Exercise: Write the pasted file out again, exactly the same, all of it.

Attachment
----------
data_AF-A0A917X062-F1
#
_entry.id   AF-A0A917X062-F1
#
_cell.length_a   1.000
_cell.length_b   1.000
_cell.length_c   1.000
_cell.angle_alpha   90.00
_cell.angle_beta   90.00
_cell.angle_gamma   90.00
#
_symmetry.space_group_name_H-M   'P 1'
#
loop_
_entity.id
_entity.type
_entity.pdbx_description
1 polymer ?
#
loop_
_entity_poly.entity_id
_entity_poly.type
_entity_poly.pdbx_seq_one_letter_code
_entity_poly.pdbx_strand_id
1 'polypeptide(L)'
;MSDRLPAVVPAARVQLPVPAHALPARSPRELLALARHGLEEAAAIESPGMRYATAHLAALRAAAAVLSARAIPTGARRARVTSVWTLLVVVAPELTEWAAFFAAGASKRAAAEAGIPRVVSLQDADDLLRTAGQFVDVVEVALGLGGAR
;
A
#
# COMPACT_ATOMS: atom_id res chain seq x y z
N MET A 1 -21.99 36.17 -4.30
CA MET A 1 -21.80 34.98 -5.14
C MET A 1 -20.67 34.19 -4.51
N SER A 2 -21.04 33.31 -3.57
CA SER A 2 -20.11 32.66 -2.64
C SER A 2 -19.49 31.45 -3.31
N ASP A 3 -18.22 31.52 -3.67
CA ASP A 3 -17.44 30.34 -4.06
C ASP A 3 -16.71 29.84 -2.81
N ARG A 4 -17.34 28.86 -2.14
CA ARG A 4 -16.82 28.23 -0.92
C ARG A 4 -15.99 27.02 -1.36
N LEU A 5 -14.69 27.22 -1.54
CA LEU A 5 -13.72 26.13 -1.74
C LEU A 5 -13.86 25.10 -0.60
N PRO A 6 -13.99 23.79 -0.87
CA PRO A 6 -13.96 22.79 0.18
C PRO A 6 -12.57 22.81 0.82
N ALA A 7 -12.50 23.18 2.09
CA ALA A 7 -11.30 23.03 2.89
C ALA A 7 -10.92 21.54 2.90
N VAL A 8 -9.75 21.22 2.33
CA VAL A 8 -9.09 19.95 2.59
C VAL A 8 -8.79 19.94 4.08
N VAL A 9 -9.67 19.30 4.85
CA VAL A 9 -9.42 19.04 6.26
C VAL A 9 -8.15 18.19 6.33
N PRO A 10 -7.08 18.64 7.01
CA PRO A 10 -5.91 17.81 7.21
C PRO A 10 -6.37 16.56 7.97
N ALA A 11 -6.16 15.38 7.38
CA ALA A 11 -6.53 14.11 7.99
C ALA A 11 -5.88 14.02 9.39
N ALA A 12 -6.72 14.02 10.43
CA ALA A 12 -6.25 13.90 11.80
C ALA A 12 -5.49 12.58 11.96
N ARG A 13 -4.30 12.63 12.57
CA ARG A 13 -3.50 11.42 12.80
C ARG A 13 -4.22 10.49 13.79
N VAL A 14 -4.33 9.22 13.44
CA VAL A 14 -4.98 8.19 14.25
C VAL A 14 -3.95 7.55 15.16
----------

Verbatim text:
data_AF-A0A917X062-F1
#
_entry.id   AF-A0A917X062-F1
#
_cell.length_a   1.000
_cell.length_b   1.000
_cell.length_c   1.000
_cell.angle_alpha   90.00
_cell.angle_beta   90.00
_cell.angle_gamma   90.00
#
_symmetry.space_group_name_H-M   'P 1'
#
loop_
_entity.id
_entity.type
_entity.pdbx_description
1 polymer ?
#
loop_
_entity_poly.entity_id
_entity_poly.type
_entity_poly.pdbx_seq_one_letter_code
_entity_poly.pdbx_strand_id
1 'polypeptide(L)'
;MSDRLPAVVPAARVQLPVPAHALPARSPRELLALARHGLEEAAAIESPGMRYATAHLAALRAAAAVLSARAIPTGARRARVTSVWTLLVVVAPELTEWAAFFAAGASKRAAAEAGIPRVVSLQDADDLLRTAGQFVDVVEVALGLGGAR
;
A
#
# COMPACT_ATOMS: atom_id res chain seq x y z
N MET A 1 -21.99 36.17 -4.30
CA MET A 1 -21.80 34.98 -5.14
C MET A 1 -20.67 34.19 -4.51
N SER A 2 -21.04 33.31 -3.57
CA SER A 2 -20.11 32.66 -2.64
C SER A 2 -19.49 31.45 -3.31
N ASP A 3 -18.22 31.52 -3.67
CA ASP A 3 -17.44 30.34 -4.06
C ASP A 3 -16.71 29.84 -2.81
N ARG A 4 -17.34 28.86 -2.14
CA ARG A 4 -16.82 28.23 -0.92
C ARG A 4 -15.99 27.02 -1.36
N LEU A 5 -14.69 27.22 -1.54
CA LEU A 5 -13.72 26.13 -1.74
C LEU A 5 -13.86 25.10 -0.60
N PRO A 6 -13.99 23.79 -0.87
CA PRO A 6 -13.96 22.79 0.18
C PRO A 6 -12.57 22.81 0.82
N ALA A 7 -12.50 23.18 2.09
CA ALA A 7 -11.30 23.03 2.89
C ALA A 7 -10.92 21.54 2.90
N VAL A 8 -9.75 21.22 2.33
CA VAL A 8 -9.09 19.95 2.59
C VAL A 8 -8.79 19.94 4.08
N VAL A 9 -9.67 19.30 4.85
CA VAL A 9 -9.42 19.04 6.26
C VAL A 9 -8.15 18.19 6.33
N PRO A 10 -7.08 18.64 7.01
CA PRO A 10 -5.91 17.81 7.21
C PRO A 10 -6.37 16.56 7.97
N ALA A 11 -6.16 15.38 7.38
CA ALA A 11 -6.53 14.11 7.99
C ALA A 11 -5.88 14.02 9.39
N ALA A 12 -6.72 14.02 10.43
CA ALA A 12 -6.25 13.90 11.80
C ALA A 12 -5.49 12.58 11.96
N ARG A 13 -4.30 12.63 12.57
CA ARG A 13 -3.50 11.42 12.80
C ARG A 13 -4.22 10.49 13.79
N VAL A 14 -4.33 9.22 13.44
CA VAL A 14 -4.98 8.19 14.25
C VAL A 14 -3.95 7.55 15.16